Extremely Humble King of Early American Music. In part, Dave Rubinoff’s exactitude helped the cause of early American orchestral music. To him, music was sacred. He had such a passion for music, that his temperamental outbursts were quite infamous. He never got mad or angry any at anyone- just at what they didn’t do with the music. The American public loved him. 225,000 turned out for one of his concerts in 1937 at Grant Park in Chicago. His success and temperament were the source of much jealousy and resentment. The musicians under him were often quite resentful. They were not used to such a fireball.
Extremely Humble King at Work
Very few people were so driven by music as Dave. When he conducted or played violin, it seemed like he was on a quest for the Holy Grail. He sought Truth through music. He rarely, if ever, talked about his past personal accomplishments in music with me. His mind was focused on the music we were currently working on. Sometimes we’d work a week on arranging 16 bars of music. We would try this solution, than another, than yet another. That’s why I think of him as an extremely humble king. He literally bowed his head to the great arrangement that a melody demanded. of music. The public treated him like royalty for his efforts.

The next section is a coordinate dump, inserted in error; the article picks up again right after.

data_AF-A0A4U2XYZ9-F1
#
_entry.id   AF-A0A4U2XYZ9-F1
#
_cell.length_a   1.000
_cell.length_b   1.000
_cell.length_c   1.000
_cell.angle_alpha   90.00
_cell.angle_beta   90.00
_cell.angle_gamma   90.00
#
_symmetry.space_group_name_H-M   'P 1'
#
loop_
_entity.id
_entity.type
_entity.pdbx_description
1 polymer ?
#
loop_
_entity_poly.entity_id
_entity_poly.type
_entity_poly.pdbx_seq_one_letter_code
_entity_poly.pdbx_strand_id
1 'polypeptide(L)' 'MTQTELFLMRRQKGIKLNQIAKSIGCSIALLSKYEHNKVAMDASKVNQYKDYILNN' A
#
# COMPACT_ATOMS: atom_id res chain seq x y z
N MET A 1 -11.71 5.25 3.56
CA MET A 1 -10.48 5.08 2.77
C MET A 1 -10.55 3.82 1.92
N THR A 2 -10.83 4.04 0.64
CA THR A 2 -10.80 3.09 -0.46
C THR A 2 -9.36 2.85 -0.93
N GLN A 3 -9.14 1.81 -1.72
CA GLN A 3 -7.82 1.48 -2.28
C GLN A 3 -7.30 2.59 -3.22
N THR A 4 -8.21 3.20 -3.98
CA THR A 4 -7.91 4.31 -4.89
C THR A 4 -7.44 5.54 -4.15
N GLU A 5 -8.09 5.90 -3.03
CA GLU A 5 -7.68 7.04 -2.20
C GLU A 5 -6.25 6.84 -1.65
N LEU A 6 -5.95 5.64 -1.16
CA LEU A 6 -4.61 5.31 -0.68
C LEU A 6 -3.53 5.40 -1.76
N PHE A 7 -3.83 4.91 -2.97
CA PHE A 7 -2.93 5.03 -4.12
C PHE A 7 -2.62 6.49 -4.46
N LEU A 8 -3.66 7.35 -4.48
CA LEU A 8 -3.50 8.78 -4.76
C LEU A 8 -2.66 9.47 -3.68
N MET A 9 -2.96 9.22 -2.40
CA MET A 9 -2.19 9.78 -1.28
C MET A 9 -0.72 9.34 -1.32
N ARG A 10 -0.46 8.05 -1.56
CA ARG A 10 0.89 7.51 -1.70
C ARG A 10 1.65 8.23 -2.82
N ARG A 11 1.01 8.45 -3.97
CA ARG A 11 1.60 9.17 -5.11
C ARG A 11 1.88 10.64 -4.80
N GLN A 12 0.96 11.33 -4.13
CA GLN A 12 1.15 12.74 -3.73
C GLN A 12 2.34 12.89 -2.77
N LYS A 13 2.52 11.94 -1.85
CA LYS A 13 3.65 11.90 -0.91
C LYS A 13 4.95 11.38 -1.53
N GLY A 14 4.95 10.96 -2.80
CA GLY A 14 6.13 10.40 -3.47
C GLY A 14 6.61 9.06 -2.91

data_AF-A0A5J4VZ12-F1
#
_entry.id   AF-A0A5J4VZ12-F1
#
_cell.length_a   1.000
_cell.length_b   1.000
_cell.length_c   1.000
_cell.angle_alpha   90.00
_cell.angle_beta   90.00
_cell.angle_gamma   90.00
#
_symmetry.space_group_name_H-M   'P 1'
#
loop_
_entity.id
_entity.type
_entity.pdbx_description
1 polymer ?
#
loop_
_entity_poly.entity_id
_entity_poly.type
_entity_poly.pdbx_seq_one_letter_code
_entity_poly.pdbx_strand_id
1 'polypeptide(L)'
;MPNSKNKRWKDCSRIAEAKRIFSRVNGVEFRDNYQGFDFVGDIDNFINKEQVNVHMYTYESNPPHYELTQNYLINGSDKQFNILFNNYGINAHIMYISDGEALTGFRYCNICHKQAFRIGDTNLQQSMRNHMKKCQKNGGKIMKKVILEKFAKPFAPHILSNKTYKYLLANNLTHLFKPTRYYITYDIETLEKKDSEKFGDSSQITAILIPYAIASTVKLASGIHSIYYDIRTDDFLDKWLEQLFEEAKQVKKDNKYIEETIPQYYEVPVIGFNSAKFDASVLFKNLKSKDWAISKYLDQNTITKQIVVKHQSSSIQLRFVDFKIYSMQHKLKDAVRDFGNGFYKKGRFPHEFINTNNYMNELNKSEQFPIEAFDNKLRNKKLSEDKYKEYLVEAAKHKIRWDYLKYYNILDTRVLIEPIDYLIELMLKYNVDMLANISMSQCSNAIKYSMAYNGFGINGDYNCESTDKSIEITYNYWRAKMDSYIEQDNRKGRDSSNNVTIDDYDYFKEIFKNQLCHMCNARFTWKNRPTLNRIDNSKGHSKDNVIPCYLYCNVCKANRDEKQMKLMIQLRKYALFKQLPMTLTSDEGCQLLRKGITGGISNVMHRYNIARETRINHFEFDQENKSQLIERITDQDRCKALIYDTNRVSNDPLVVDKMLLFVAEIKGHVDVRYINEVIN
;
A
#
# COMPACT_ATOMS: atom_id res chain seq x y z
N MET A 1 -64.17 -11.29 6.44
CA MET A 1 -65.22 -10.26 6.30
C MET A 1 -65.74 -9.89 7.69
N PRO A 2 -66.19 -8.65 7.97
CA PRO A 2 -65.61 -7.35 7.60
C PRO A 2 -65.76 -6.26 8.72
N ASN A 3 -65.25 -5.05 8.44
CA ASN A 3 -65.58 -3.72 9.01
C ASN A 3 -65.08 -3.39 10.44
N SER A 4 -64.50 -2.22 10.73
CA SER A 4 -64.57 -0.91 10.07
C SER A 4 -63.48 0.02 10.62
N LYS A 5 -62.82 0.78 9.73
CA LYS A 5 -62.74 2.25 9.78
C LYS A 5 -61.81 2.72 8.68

Below is a concert we gave together at Scott’s Oquaga Lake House in the Catskills. The year was 1984. He was 86 years of age at the time. Although Dave most likely gave 1000’s of public concerts, below is the only sample of a full concert in existence. Every minute is worth listening to. Dave discusses each selection, and why it was special to him. Some people even resented his success. A prominent concertmaster came in to hear one of our performances. I won’t even mention the derogatory things he said as he made fun of this great violinist’s style. He learned a good part of his style from Will Rogers. Will Rogers, who identified with the American Cherokee Indians, even taught him how to take his bows. He was best friends with Will.